Seat belts are already the law, it's really no different.  It would take someone 2 seconds to breathe into a breathalyzer.  It's not a big deal, a small price to pay to save hundreds of thousands of lives.

Also, although your automobile may be your private property do not forget that you are driving it on public roads which is the reason for automobile laws.

Jasper
Jasper's picture
There are many things we

There are many things we could do short of breathalzyers to lessen the number of drunk drivers.  The reasons we don't, as far as I can tell, are 1) there is too much money made selling alcohol, and especially selling alcohol in restaurants and bars and 2) lots and lots of powerful people get drunk and drive, regularly, and in the current system, at least where I live, it takes several times before a person with money faces real consequences for getting caught driving drunk.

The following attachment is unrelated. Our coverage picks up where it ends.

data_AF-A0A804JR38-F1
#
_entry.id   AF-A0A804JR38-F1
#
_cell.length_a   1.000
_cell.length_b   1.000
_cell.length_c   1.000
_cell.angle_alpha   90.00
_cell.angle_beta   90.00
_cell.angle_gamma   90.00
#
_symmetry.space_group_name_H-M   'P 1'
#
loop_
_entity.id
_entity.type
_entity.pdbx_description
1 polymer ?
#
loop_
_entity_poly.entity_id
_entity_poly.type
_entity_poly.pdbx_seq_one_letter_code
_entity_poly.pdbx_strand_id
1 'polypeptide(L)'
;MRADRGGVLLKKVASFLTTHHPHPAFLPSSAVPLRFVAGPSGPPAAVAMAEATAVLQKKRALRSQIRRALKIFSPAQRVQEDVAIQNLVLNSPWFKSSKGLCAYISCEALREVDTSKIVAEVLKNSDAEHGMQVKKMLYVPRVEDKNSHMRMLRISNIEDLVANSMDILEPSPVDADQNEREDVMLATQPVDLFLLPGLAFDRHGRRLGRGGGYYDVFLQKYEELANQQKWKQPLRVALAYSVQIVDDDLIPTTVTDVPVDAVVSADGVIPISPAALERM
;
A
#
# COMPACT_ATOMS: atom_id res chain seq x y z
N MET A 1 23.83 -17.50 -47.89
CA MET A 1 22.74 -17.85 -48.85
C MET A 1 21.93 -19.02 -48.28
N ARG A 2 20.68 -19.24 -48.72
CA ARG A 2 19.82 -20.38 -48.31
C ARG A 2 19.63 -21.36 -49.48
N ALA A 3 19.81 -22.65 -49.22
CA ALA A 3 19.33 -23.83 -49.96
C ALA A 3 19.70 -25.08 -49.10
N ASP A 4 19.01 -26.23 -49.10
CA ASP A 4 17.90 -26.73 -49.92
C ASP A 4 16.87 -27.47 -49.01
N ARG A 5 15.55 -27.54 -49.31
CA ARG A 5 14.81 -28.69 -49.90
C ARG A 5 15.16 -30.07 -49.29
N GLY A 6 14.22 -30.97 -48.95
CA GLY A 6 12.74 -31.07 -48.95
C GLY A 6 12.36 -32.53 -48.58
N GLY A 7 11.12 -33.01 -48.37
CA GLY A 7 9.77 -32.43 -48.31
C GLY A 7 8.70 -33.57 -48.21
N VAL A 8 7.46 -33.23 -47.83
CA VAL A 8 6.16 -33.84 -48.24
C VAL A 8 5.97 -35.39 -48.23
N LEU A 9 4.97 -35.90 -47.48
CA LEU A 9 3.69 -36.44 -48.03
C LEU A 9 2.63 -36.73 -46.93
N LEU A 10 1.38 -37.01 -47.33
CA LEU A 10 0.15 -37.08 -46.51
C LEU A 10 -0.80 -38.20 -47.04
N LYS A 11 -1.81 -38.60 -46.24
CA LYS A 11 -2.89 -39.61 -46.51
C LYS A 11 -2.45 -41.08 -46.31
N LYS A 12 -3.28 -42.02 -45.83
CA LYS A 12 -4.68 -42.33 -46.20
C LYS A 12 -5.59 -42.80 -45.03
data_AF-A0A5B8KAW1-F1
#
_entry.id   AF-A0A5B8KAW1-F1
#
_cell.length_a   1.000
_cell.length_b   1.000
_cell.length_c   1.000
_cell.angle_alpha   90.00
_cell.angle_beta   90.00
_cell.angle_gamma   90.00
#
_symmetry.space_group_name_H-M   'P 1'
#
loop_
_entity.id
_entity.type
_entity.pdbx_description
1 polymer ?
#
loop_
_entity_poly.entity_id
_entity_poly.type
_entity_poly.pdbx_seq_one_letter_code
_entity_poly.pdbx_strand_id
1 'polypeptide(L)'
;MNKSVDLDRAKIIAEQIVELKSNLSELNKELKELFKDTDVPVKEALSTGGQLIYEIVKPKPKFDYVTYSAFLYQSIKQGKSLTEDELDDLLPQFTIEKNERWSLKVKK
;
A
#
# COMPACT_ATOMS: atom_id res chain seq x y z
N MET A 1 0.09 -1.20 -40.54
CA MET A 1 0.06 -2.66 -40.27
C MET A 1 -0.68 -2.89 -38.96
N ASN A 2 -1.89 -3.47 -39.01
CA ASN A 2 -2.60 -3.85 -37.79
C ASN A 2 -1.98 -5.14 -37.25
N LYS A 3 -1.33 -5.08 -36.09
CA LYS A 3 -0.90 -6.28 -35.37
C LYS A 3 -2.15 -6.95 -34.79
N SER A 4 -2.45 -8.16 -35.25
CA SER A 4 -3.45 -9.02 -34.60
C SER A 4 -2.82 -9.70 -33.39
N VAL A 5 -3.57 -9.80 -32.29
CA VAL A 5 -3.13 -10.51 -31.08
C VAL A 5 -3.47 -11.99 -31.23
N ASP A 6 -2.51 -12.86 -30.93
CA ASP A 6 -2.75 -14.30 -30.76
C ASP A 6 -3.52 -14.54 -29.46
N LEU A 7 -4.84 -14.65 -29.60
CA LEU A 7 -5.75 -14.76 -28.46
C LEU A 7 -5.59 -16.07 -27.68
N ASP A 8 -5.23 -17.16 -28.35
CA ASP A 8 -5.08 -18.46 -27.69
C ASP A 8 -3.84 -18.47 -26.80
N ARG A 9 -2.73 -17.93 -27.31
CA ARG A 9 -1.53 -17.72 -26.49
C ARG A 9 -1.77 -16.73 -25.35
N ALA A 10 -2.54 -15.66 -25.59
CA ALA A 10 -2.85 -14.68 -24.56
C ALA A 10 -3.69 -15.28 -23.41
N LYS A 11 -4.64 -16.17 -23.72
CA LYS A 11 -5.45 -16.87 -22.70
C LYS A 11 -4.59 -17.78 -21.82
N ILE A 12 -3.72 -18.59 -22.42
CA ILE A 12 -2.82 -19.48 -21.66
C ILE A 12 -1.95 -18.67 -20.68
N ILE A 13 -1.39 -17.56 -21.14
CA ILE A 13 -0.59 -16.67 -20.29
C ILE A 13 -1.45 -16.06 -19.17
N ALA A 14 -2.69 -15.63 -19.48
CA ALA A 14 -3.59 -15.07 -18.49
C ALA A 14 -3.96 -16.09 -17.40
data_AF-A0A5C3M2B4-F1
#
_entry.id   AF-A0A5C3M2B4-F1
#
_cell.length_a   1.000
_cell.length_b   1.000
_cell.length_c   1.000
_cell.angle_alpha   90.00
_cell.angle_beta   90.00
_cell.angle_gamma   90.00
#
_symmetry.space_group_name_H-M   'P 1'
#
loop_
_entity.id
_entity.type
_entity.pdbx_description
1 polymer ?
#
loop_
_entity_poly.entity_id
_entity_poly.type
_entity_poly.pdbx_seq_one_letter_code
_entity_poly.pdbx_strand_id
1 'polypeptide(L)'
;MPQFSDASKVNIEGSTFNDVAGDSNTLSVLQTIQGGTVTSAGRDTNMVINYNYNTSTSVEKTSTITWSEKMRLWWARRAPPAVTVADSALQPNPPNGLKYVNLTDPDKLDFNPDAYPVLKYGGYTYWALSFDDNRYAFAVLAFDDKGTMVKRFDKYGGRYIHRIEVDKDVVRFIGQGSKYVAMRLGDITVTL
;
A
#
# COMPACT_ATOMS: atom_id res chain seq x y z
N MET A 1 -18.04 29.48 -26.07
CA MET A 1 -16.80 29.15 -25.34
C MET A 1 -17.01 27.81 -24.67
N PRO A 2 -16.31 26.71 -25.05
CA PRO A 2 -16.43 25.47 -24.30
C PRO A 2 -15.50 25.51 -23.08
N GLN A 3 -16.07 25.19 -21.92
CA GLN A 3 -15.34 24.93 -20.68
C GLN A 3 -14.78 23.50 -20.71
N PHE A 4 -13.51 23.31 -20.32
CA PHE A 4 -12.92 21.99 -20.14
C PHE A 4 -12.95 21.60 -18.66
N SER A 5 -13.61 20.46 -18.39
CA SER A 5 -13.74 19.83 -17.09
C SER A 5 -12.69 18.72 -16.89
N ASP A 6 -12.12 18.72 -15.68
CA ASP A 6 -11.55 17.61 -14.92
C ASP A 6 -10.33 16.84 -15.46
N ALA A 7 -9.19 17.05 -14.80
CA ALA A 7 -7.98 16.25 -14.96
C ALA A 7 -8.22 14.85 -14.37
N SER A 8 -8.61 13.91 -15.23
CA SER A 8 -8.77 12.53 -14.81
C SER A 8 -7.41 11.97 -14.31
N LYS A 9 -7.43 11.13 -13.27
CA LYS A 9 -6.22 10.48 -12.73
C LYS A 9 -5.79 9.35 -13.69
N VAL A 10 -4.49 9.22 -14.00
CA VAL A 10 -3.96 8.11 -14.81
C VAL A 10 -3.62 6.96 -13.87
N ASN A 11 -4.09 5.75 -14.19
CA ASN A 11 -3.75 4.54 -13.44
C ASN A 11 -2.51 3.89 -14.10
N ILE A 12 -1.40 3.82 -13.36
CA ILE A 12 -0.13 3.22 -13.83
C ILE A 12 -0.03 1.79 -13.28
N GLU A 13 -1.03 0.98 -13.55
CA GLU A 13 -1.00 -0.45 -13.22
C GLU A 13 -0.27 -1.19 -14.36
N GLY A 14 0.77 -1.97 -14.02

And there ain't no way a big dog is going to have a bottle of wine with dinner and some after dinner drinks, and get in the car with his mistress and find out the darn car won't start because some fascist liberal subverted the constitution and put a Big Brother breathalyzer in his Escalade and now he's got to call a cab and figure out how the heck to get his car home so he can make a seven AM flight to Atlanta..... 

slabmaster
Would this new law include

Would this new law include motorcycles?

I have a track in my back yard and we usually slam a couple beers and ride minibikes and quads on the motocross track trying to bump each other off. It's quite hilarious.

If one of my bikes didn't start, I'd have to disable the breathalyzer while intoxicated (probably with a hammer) That would suck. 

How about drinking and blowing stuff up?  I can't find any real statistics that liquor and explosives is a problem......so I've still got that going for me. 

douglaslee
douglaslee's picture
We have designated drivers,